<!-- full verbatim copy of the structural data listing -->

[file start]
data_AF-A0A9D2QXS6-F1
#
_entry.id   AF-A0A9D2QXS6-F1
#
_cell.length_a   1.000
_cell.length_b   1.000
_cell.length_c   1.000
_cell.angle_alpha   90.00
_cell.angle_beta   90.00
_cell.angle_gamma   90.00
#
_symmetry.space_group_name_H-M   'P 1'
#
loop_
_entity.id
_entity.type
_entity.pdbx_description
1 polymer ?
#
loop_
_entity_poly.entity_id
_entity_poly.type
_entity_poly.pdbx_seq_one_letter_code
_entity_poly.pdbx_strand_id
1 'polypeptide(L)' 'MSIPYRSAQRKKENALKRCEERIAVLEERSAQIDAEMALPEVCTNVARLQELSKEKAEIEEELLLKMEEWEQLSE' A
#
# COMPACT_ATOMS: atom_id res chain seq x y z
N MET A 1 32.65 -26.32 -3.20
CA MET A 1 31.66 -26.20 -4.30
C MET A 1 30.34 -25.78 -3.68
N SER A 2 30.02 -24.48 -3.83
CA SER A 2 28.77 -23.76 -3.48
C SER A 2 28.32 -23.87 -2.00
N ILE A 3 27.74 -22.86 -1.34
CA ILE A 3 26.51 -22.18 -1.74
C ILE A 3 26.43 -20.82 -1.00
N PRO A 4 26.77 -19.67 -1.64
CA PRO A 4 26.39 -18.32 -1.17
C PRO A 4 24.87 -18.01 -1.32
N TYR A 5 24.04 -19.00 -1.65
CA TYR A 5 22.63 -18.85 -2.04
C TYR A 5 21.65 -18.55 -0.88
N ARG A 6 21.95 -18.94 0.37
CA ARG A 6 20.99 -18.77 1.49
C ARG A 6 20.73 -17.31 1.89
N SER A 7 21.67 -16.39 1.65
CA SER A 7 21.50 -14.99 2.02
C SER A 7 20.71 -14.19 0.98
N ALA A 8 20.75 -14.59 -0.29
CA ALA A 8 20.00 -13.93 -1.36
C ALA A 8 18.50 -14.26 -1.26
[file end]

data_AF-A0A9D2QXS6-F1
#
_entry.id   AF-A0A9D2QXS6-F1
#
_cell.length_a   1.000
_cell.length_b   1.000
_cell.length_c   1.000
_cell.angle_alpha   90.00
_cell.angle_beta   90.00
_cell.angle_gamma   90.00
#
_symmetry.space_group_name_H-M   'P 1'
#
loop_
_entity.id
_entity.type
_entity.pdbx_description
1 polymer ?
#
loop_
_entity_poly.entity_id
_entity_poly.type
_entity_poly.pdbx_seq_one_letter_code
_entity_poly.pdbx_strand_id
1 'polypeptide(L)' 'MSIPYRSAQRKKENALKRCEERIAVLEERSAQIDAEMALPEVCTNVARLQELSKEKAEIEEELLLKMEEWEQLSE' A
#
# COMPACT_ATOMS: atom_id res chain seq x y z
N MET A 1 32.65 -26.32 -3.20
CA MET A 1 31.66 -26.20 -4.30
C MET A 1 30.34 -25.78 -3.68
N SER A 2 30.02 -24.48 -3.83
CA SER A 2 28.77 -23.76 -3.48
C SER A 2 28.32 -23.87 -2.00
N ILE A 3 27.74 -22.86 -1.34
CA ILE A 3 26.51 -22.18 -1.74
C ILE A 3 26.43 -20.82 -1.00
N PRO A 4 26.77 -19.67 -1.64
CA PRO A 4 26.39 -18.32 -1.17
C PRO A 4 24.87 -18.01 -1.32
N TYR A 5 24.04 -19.00 -1.65
CA TYR A 5 22.63 -18.85 -2.04
C TYR A 5 21.65 -18.55 -0.88
N ARG A 6 21.95 -18.94 0.37
CA ARG A 6 20.99 -18.77 1.49
C ARG A 6 20.73 -17.31 1.89
N SER A 7 21.67 -16.39 1.65
CA SER A 7 21.50 -14.99 2.02
C SER A 7 20.71 -14.19 0.98
N ALA A 8 20.75 -14.59 -0.29
CA ALA A 8 20.00 -13.93 -1.36
C ALA A 8 18.50 -14.26 -1.26